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Research Month spotlights work of students and faculty

A scene from last year's Undergraduate Research Symposium.

A scene from last year's Undergraduate Research Symposium.

April is Research Month at USF St. Petersburg, when the ongoing work of students and faculty is highlighted in myriad ways.

This year’s theme is “The Politics of Food: Rethinking Local Systems.” Events related to the theme include presentations by student journalists from the Neighborhood News Bureau, a lecture on the subject of urban food deserts, a discussion of the slow food movement and talk on the personal nature of food choices.

“Research Month is always a high point of the academic year,” said Norine Noonan, vice chancellor of academic affairs. “It highlights one of the distinguishing features of USF St. Petersburg – the many opportunities for high quality scholarship by both our students and our faculty.”

Two highlights of Research Month are the 10th Annual Undergraduate Research Symposium and the first Faculty Research Lightning Talks.

The Undergraduate Research Symposium celebrates the innovative research and creative work that USF St. Petersburg undergraduate students have produced during the year under with the help and support of the university’s faculty. The symposium is 11 a.m. to 1 p.m. April 11 at the University Student Center Ballroom.The USFSP Department of Psychology, the Office of Research, and the USFSP Honors Program are the co-sponsors of the Symposium.

The faculty, meanwhile, will have a chance to show their own work during the first Faculty Research Lightning Talks April 3, from 3 p.m. to 5 p.m. at the Nelson Poynter Memorial Library. The event will feature five-minute talks by 15 USFSP professors in disciplines that include environmental science, visual and verbal arts, marketing, education, psychology, information systems and anthropology.

Here are details about some of the events during Research Month:

  • Genetic Roulette: The Gamble of Our Lives Called “the most transformational film of 2012,” this documentary examines the controversy surrounding genetically engineered foods. Watch it online for free. It will be discussed during the “World Café,” April 10 a.m. to noon, Coquina Club.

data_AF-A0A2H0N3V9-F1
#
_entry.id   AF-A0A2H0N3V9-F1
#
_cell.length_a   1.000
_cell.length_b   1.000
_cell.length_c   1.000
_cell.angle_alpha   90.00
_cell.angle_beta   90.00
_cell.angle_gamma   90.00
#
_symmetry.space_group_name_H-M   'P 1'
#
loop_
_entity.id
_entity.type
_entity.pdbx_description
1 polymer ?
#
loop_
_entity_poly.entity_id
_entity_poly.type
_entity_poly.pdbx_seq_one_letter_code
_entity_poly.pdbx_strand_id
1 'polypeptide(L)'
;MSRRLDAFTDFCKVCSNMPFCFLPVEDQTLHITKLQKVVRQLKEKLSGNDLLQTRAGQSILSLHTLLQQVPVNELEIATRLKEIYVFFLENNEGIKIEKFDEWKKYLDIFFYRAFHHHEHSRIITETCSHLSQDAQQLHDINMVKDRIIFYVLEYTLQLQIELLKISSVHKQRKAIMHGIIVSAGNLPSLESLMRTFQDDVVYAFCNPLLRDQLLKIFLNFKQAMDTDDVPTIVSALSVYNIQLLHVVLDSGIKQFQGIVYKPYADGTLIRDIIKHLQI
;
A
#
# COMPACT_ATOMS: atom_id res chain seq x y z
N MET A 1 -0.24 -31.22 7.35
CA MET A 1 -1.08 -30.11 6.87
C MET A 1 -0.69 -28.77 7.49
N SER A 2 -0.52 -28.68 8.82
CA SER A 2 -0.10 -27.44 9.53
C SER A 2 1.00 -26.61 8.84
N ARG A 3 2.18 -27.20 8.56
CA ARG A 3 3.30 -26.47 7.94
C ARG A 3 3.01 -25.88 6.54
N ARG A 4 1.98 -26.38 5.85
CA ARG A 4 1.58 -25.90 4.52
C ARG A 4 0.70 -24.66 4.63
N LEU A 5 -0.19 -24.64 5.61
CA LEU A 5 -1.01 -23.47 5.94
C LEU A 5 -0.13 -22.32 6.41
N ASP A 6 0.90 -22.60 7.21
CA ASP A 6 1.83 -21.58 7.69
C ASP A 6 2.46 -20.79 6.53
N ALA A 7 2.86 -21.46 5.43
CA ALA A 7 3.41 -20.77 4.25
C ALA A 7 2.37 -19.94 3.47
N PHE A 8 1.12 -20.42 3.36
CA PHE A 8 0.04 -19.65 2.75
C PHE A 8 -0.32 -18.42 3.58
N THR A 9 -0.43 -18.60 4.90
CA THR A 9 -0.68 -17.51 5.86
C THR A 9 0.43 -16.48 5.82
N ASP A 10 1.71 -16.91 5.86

• What is Slow Food: An Overview of a Movement A talk by Gail Eggeman, a founder of the St. Petersburg Saturday Morning Market. Slow Food is an international movement promoted as an alternative to fast food which seeks to preserve traditional and regional foodways and encourages local farming. April 10, 10 a.m. to Noon, STG 114.
  • Microbe-We-Beasties Local Living Soil A presentation by Hillsborough County folk herbalist Willow LaMonte, a longtime organic gardener. April 12, 9 a.m. to 11 a.m., STG 113.
  • GELS/C-SPACE Research Symposium A daylong symposium sponsored by the Green Energy Living Systems (GELS) and the Center for Science & Policy Application featuring panel discussions, presentations and exhibits by faculty and students. April 12, 9 a.m. to 5 p.m., Clam Bayou Marine Education Center, 4240 35th Ave. S., St. Petersburg
  • The Subject is Food Presentations by student journalists from the USFSP Neighborhood News Bureau. April 16, 9:30 a.m. to 11 a.m., James B. Sanderlin Family Center, 2335 22nd Ave S, St. Petersburg.
  • Tell Me What You Eat and I will Tell You Who You Are A lecture by USFSP History Professor Emeritus Gary Mormino on the personal choices we make about food and what they say about us. April 17, 11 a.m. to 1:30 p.m. Bay 220.
  • Food Deserts Mapping David Padgett, associate professor of geography at Tennessee State University, discussed the research he has done in Nashville on so-called food deserts, a timely topic in St. Petersburg where a grocery store closing in Midtown has stirred community concern. April 18, 6 p.m., Harbor Hall Community Room.
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